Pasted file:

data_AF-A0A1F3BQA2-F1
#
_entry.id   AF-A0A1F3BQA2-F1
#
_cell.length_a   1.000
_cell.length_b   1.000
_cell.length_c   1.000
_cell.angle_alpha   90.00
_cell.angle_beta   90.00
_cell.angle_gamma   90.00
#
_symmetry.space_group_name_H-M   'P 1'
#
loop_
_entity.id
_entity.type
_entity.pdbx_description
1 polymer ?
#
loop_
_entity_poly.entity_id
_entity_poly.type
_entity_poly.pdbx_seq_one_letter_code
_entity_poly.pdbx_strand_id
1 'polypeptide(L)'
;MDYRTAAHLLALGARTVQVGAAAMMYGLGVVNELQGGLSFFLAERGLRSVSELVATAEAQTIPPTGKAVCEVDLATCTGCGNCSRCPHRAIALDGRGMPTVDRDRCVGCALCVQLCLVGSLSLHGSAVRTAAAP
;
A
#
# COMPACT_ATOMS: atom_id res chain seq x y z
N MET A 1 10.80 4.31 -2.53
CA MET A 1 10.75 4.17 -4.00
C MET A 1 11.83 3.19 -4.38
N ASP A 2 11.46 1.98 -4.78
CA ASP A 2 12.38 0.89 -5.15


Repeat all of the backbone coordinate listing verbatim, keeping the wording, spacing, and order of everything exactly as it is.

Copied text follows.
data_AF-A0A1F3BQA2-F1
#
_entry.id   AF-A0A1F3BQA2-F1
#
_cell.length_a   1.000
_cell.length_b   1.000
_cell.length_c   1.000
_cell.angle_alpha   90.00
_cell.angle_beta   90.00
_cell.angle_gamma   90.00
#
_symmetry.space_group_name_H-M   'P 1'
#
loop_
_entity.id
_entity.type
_entity.pdbx_description
1 polymer ?
#
loop_
_entity_poly.entity_id
_entity_poly.type
_entity_poly.pdbx_seq_one_letter_code
_entity_poly.pdbx_strand_id
1 'polypeptide(L)'
;MDYRTAAHLLALGARTVQVGAAAMMYGLGVVNELQGGLSFFLAERGLRSVSELVATAEAQTIPPTGKAVCEVDLATCTGCGNCSRCPHRAIALDGRGMPTVDRDRCVGCALCVQLCLVGSLSLHGSAVRTAAAP
;
A
#
# COMPACT_ATOMS: atom_id res chain seq x y z
N MET A 1 10.80 4.31 -2.53
CA MET A 1 10.75 4.17 -4.00
C MET A 1 11.83 3.19 -4.38
N ASP A 2 11.46 1.98 -4.78
CA ASP A 2 12.38 0.89 -5.15